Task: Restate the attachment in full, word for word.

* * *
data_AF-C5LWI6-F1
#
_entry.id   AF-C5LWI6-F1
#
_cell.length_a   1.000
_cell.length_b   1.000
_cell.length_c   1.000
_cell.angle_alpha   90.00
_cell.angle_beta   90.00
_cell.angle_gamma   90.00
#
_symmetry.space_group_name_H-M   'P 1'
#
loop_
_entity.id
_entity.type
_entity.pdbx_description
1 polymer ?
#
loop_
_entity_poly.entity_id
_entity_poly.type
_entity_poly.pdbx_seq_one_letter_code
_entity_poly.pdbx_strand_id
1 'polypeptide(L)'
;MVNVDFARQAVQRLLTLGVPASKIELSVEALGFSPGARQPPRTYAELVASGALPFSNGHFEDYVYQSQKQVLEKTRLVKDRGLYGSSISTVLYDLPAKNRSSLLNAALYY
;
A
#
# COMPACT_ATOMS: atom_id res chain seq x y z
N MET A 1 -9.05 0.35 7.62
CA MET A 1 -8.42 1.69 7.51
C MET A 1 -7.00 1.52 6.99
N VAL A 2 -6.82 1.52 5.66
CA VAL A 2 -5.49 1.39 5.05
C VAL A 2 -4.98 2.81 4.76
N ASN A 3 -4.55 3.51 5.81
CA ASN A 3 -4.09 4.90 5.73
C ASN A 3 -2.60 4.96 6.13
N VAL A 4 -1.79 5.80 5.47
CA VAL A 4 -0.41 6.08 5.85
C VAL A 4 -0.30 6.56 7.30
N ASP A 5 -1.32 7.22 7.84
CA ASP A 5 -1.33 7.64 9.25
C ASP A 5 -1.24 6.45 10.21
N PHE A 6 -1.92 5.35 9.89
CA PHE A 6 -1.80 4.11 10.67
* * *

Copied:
data_AF-C5LWI6-F1
#
_entry.id   AF-C5LWI6-F1
#
_cell.length_a   1.000
_cell.length_b   1.000
_cell.length_c   1.000
_cell.angle_alpha   90.00
_cell.angle_beta   90.00
_cell.angle_gamma   90.00
#
_symmetry.space_group_name_H-M   'P 1'
#
loop_
_entity.id
_entity.type
_entity.pdbx_description
1 polymer ?
#
loop_
_entity_poly.entity_id
_entity_poly.type
_entity_poly.pdbx_seq_one_letter_code
_entity_poly.pdbx_strand_id
1 'polypeptide(L)'
;MVNVDFARQAVQRLLTLGVPASKIELSVEALGFSPGARQPPRTYAELVASGALPFSNGHFEDYVYQSQKQVLEKTRLVKDRGLYGSSISTVLYDLPAKNRSSLLNAALYY
;
A
#
# COMPACT_ATOMS: atom_id res chain seq x y z
N MET A 1 -9.05 0.35 7.62
CA MET A 1 -8.42 1.69 7.51
C MET A 1 -7.00 1.52 6.99
N VAL A 2 -6.82 1.52 5.66
CA VAL A 2 -5.49 1.39 5.05
C VAL A 2 -4.98 2.81 4.76
N ASN A 3 -4.55 3.51 5.81
CA ASN A 3 -4.09 4.90 5.73
C ASN A 3 -2.60 4.96 6.13
N VAL A 4 -1.79 5.80 5.47
CA VAL A 4 -0.41 6.08 5.85
C VAL A 4 -0.30 6.56 7.30
N ASP A 5 -1.32 7.22 7.84
CA ASP A 5 -1.33 7.64 9.25
C ASP A 5 -1.24 6.45 10.21
N PHE A 6 -1.92 5.35 9.89
CA PHE A 6 -1.80 4.11 10.67